Chronic fatigue & ME
Chronic fatigue syndrome (CFS) is also referred to as myalgic encephalitis. (ME), post-viral fatigue syndrome (PVFS), and several other names. A contributing factor for this is the unproven cause or multiple causes of the disorder. The true prevalence of CFS is unknown and depends on the criteria that is used to establish a diagnosis. The National Institute of Health and Care Excellene (NICE) suggests a prevalence of 4 per 1,000 in the UK, with more women being affected. CFS is a considerably debilitating disorder usually experienced as persistent fatigue which is not because of any ongoing physical exertion, not relieved by rest and there are no other medical conditions.
Various biological, immune, hormonal, genetic, viral infectious and psychological stress have been put forward as a cause but as yet it is still not fully understood.
Symptoms of CFS
Symptoms vary from person to person and can may include poor quality sleep, generalised muscle and joint pains, muscle weakness, sore throat, headaches, cognitive difficulties/brain fog, extreme mental and physical exhaustion, depression and others.
Treatment of CFS
Conventional medical treatment of CFS is aimed at symptom relief. Drugs such as antidepressants and sleeping pills can be used in addition to improving sleeping habits, physiotherapy and counselling.
Integrative & Complementary medicine
In CFS there is poor utilization and production of energy which results in tiredness and muscle aches. Getting well is reliant on supporting energy production in the body (i.e. the mitochondrial function). Making significant lifestyle changes can seem extremely arduous and many patients may baulk at this important first step. This is the building block of the road to recovery. The aim is to bring about self-awareness of themselves and their own body and helping them to access knowledge so that they are in a commanding position to manage their own health.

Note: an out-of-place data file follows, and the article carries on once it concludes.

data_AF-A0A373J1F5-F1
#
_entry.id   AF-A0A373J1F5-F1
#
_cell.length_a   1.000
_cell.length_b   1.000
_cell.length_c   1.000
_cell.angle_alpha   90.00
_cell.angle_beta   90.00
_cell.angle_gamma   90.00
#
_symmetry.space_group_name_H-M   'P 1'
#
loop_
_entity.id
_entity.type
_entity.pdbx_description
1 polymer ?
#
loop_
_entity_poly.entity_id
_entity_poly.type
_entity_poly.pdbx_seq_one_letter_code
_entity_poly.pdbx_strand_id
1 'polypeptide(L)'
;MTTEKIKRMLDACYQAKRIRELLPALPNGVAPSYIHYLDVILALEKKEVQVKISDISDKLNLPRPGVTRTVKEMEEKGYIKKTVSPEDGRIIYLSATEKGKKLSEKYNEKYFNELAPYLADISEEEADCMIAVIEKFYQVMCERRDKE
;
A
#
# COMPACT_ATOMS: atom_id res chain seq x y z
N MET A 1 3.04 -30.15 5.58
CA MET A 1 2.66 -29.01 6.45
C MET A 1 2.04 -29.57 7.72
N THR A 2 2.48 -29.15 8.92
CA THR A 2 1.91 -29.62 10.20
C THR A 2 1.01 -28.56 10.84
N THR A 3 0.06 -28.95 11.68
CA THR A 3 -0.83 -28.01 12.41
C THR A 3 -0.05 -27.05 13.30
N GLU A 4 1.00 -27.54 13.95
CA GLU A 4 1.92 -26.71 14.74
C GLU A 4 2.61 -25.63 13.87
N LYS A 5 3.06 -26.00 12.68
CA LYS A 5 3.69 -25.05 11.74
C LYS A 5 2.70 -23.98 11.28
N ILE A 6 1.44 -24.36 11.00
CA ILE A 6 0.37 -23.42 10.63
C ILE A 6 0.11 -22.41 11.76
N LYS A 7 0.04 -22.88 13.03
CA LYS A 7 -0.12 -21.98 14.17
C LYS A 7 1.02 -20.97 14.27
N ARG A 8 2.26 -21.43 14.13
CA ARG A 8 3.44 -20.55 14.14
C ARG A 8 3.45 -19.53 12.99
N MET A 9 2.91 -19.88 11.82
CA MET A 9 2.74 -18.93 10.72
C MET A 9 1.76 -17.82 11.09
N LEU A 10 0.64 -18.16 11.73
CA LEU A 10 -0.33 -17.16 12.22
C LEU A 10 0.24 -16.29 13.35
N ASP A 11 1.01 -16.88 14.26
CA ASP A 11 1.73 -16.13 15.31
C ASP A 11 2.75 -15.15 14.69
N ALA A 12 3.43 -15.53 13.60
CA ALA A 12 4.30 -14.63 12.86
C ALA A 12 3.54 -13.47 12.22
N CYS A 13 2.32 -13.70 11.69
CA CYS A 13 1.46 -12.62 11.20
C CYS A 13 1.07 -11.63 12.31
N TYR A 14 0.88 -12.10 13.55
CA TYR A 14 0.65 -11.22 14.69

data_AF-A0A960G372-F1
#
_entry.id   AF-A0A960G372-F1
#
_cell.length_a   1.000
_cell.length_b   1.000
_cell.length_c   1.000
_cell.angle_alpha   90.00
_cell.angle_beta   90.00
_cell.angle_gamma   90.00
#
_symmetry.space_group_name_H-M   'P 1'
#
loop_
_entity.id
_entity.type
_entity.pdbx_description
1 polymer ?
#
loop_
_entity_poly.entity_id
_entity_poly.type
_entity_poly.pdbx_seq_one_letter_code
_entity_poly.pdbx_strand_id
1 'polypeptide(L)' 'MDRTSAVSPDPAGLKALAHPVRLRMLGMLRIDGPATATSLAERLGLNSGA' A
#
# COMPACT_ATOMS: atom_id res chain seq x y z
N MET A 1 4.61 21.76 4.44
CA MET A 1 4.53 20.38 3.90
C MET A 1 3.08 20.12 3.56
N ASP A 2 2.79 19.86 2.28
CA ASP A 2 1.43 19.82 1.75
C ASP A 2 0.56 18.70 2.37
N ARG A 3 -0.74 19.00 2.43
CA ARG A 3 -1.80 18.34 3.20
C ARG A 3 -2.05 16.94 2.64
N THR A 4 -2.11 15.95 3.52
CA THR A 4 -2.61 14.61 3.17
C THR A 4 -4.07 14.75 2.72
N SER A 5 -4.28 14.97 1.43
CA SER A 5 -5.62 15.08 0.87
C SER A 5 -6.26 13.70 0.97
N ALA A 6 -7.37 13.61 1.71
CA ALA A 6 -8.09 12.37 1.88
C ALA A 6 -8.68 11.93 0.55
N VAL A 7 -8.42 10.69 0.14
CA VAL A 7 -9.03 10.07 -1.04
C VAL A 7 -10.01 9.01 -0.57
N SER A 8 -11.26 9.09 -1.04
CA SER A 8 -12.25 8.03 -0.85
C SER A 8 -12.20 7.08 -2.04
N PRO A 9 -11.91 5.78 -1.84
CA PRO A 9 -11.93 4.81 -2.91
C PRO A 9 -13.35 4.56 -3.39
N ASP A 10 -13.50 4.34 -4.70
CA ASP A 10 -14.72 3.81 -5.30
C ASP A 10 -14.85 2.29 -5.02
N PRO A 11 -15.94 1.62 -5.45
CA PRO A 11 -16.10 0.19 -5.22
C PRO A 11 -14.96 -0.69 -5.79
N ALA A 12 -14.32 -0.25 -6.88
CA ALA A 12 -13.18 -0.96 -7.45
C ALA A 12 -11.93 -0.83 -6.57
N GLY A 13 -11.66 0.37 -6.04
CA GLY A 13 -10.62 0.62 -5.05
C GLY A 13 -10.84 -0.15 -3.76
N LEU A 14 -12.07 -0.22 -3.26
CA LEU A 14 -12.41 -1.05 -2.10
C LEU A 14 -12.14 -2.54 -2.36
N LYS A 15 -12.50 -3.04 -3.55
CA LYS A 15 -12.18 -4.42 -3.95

Acupuncture observational studies consistently show positive results. There is evidence to support its benefit to manage symptoms such as, body pain, insomnia, tiredness, headaches, stress and depression. Treatments help to release pain reducing endorphins and other neurohormonal factors, thus changing how pain is perceived by the brain and spinal cord. Increases microcirculation and release of vascular and immune modulating factors therefore reducing inflammation, swelling and pain. It increases the secretion of nocturnal endogenous melatonin which in turn reduces insomnia.
Nutrition: Detoxification and making changes towards a more healthy diet e.g. avoiding refined foods, sugar, alcohol, caffeine and saturated fats, and replacing it with a more nutrient rich diet. Supplements that may help CFS are, magnesium, essential fatty acids, vitamin B12, vitamin D, antioxidants, NADH, DHEA, L-carnitine.
Aromatherapy & Massage: Essential oils of jasmine, peppermint and rosemary can help to reduce stress. In combination with massage it can help to relieve muscular tension, body aches and pains and sleep problems.
Other therapies: Herbs that may be beneficial include; ginseng and echinacea. Learning to pace, de-stress, meditation and yoga may also help.
- Chronic fatigue syndrome. (2012). University of Maryland.
- Chronic fatigue syndrome (2011). British Acupuncture Council.
- Chronic fatigue syndrome (2014). Patient.co.uk
Reviewed: Dec 2014
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